Tiffany Young | @photographybytiffa
A group of students at Vienna High School created a Snapchat group titled “We hate Black people” which led one mother to take action.
The group was reported to the school but was quickly deleted, as of now no students have been officially linked to its creation.
(See more: Rally in Vienna: Protesters plan to march in support of BLM after a racist social media incident).
Brandee Lasley, a Vienna resident, and mother of Kenji Waddy, a 14-year-old Vienna high school student, collaborated with the Southern Illinois Unity Coalition to organize a Black Lives Matter protest.
When residents of Vienna discovered plans for the protest they began organizing a counter-protest in response.
On Sept. 27 the Southern Illinois Unity Coalition and citizens of southern Illinois gathered in Vienna City Park bodega in support of the Black Lives Matter movement accompanied by counter-protesters who gathered in the parking lot.
Around 70 counter-protestors attended the rally and flew Trump 2020 and confederate flags from their vehicles.
“The BLM movement seems to be nothing but violence. Look at every city they’ve been to. That’s why we’re here,” Jeff Messemore, a counter-protester, said. “If they want to peacefully protest I applaud that. Share your voice, don’t share damage cause we won’t accept that here.”
Several counter-protesters joined with Black lives matter demonstrators at the beginning of the rally for a prayer recited by Darrell Wimberly, 59, Dean of Students at Marion High School and Pastor of East Liberty Christian Church.
“I hope that people will open their eyes and open their hearts up and see we’re all in this together,” Wimberly said.
Lasley said she started planning this rally with the Unity Coalition because of the racism in Vienna High School.
“I have a son who is a freshman at the high school and he is biracial,” Lasley said. “I never want him to feel like he is judged by anybody solely on the color of his skin.”
Lasley said she feels that with the racial tensions in the United States it would be good for the community to come together to show support for minorities and Black Vienna residents.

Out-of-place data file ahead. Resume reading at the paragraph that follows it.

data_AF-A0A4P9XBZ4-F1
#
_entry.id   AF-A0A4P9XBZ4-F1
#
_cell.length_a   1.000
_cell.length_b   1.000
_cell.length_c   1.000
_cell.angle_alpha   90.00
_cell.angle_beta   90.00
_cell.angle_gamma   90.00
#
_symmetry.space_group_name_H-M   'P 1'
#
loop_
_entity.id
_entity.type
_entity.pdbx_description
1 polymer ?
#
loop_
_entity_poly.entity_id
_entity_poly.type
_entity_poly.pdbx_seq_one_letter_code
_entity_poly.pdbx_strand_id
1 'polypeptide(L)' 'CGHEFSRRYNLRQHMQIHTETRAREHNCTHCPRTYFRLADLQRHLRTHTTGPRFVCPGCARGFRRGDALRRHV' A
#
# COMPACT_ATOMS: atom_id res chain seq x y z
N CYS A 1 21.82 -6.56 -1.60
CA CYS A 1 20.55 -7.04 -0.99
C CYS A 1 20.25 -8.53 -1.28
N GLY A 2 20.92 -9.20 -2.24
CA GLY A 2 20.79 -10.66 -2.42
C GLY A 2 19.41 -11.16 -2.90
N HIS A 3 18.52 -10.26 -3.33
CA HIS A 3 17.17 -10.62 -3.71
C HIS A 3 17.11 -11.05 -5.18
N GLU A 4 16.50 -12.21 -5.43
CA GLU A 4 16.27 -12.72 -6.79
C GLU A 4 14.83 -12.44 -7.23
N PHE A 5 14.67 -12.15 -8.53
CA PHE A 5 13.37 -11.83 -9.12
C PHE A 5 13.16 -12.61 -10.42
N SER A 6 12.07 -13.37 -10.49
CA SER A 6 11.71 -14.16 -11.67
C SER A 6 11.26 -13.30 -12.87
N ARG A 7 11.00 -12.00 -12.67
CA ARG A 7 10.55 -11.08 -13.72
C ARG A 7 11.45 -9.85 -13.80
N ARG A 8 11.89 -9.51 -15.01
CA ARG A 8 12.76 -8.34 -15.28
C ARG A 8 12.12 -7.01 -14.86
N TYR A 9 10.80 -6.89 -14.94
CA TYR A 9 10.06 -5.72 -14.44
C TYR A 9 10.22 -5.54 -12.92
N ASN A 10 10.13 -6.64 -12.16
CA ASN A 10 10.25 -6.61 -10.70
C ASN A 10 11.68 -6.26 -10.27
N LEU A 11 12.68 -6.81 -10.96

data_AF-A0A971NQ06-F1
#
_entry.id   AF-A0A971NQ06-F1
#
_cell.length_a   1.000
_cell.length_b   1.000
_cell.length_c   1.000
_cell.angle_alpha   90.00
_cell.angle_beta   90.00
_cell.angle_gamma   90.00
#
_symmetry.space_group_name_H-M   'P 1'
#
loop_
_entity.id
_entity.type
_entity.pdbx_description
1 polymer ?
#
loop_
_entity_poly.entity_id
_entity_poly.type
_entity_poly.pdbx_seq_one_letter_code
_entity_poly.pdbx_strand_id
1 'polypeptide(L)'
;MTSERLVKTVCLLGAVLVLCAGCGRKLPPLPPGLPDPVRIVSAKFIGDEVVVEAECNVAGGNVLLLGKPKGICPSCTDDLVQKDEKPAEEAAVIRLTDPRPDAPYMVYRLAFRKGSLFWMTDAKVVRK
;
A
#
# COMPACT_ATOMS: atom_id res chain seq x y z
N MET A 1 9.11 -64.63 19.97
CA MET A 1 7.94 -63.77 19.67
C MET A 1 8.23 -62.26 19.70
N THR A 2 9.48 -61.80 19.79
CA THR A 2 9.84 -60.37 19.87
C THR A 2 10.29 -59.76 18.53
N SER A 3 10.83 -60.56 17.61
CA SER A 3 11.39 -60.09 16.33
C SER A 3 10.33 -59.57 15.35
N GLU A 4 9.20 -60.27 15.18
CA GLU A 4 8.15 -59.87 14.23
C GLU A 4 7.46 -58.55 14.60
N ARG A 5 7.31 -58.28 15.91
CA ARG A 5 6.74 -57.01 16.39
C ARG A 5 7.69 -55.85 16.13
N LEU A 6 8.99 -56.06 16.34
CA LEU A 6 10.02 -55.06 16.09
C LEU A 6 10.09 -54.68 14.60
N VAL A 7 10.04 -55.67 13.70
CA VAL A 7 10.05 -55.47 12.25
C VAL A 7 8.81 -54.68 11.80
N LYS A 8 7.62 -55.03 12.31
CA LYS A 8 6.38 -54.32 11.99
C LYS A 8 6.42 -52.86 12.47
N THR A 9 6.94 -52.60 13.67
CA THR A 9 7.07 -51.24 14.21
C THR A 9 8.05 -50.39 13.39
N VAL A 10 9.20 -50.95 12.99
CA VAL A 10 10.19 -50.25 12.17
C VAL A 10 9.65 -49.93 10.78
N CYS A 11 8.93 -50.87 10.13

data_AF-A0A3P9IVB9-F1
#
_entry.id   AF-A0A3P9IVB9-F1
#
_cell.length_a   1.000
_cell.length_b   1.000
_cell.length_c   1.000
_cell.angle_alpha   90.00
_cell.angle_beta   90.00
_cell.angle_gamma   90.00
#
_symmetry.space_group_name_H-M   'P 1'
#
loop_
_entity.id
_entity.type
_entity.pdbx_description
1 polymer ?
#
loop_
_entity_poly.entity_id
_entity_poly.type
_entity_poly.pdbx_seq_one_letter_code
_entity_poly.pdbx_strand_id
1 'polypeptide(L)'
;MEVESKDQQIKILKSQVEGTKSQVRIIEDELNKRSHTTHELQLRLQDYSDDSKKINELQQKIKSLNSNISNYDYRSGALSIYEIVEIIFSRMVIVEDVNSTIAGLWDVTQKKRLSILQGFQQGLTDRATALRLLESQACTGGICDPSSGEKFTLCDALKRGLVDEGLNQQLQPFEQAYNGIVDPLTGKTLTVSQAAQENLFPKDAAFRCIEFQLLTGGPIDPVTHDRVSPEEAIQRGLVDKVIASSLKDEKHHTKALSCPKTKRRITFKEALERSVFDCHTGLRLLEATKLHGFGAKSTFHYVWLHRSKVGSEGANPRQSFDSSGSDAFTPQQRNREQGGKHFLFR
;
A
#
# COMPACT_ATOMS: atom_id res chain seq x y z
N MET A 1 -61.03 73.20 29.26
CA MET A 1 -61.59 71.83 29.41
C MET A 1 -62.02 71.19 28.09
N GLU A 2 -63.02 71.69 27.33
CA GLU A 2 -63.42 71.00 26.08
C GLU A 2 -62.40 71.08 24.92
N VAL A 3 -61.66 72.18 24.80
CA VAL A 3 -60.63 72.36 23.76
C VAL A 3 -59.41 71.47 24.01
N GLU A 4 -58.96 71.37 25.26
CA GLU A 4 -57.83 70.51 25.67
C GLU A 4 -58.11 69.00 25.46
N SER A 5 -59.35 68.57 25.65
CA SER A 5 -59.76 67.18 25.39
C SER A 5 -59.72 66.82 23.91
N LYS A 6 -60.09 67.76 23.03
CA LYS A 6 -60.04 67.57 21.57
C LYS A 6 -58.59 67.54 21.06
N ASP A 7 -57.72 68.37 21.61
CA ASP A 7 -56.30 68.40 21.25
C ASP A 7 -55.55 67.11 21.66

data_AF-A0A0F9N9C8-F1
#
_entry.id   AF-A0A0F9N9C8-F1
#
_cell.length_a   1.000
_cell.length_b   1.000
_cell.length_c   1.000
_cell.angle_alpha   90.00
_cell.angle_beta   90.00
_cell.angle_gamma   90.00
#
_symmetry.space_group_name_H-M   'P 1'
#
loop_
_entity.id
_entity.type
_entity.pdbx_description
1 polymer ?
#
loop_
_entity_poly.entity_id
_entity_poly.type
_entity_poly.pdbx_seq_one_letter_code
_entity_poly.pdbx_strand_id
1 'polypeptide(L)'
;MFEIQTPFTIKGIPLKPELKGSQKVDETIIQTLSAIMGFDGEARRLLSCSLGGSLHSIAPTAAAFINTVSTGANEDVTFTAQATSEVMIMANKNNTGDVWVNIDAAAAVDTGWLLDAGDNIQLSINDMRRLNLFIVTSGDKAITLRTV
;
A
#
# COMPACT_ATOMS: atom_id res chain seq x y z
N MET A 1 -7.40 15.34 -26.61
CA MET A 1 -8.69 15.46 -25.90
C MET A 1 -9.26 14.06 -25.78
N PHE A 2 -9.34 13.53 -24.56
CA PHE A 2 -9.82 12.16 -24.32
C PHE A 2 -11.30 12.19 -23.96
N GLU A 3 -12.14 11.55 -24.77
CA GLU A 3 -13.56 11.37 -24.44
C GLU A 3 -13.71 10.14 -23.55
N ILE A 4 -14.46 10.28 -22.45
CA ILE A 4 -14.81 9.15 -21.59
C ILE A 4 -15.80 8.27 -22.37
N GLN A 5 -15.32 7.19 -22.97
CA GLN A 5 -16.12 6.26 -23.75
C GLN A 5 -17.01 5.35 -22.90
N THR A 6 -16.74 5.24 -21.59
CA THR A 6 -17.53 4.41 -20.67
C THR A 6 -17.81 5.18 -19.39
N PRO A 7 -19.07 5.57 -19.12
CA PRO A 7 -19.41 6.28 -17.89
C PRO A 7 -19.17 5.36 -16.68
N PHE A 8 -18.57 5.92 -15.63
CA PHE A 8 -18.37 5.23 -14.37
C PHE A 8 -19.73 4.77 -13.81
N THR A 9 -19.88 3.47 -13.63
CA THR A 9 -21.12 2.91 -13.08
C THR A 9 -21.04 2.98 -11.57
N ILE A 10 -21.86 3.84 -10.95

Kenji Waddy said he does not want this to happen to anyone else.
Waddy said the main thing he deals with in regards to racism at school is micro aggressions.
“I just want parents to educate their kids and have the awkward conversations I’ve had to have with my mom,” Waddy said. “Why shouldn’t you guys?”
Vicky Higgins, a 55-year-old Vienna resident, said she attended the protest to let Black Vienna students know their lives are valued.
“Kids who have been raised in households where diversity is slim to none don’t have to fall into that pattern,” Higgins said.
Victoria Vaughn, a 17 year-old Marion resident and Higgins’ granddaughter said the Black Lives Matter movement has nothing to do with politics.
“We’re not here saying all white people are bad, we’re not here saying only Black lives matter, we’re here trying to say everybody’s life is equally important,” Vaughn said.
Vaughn said when she moved schools she endured a culture shock because the majority of the new school students were right.
“I want every race to love and appreciate where they come from without putting others down,” Vaughn said.
Chastity Mays, a 44-year-old Carbondale resident said she fears for her son’s life when he leaves the house.
“This is my life,” she said. “This is what I live with, you don’t know what it’s like to have to be so scared for the lives of your children.”
After the speakers, the protesters began to march around the park and chanting “Black lives matter” and “all lives can’t matter until Black lives do”.
In response, the counter-protestors played loud music and revved their truck engines.
The protesters stopped in front of the counter-protesters and chanted the names of Black people who have been killed by the police, including George Floyd, Breonna Taylor, and Tamir Rice.
The rally escalated into a heated discussion between the protesters and the counter-protesters.
Jones Steve, an 80-year old counter-protester of Vienna, said he’s never seen anything like this rally in the town.
“Black Lives matter and all lives matter, but I don’t know why they’re doing this here,” Jones said.
Jones later said protesters should stay in Carbondale.
Chastity Mays said rural towns like Vienna are the heart of America.
“The heart of America is not big cities, the majority of people live in small towns,” Mays said. “That is where we have to make the change.”
Protesters and counter-protesters engaged in multiple discussions that were supervised by the town’s police.
At the end of the rally, State Police officers escorted any protesters who felt it was unsafe to leave on their own.
Staff reporter Jamilah Lewis can be reached at [email protected] or on twitter @jamilahlewis.
Staff reporter George Wiebe can be reached by email at [email protected]
Staff reporter Keaton Yates can be reached by email at [email protected] or on Twitter @keatsians.
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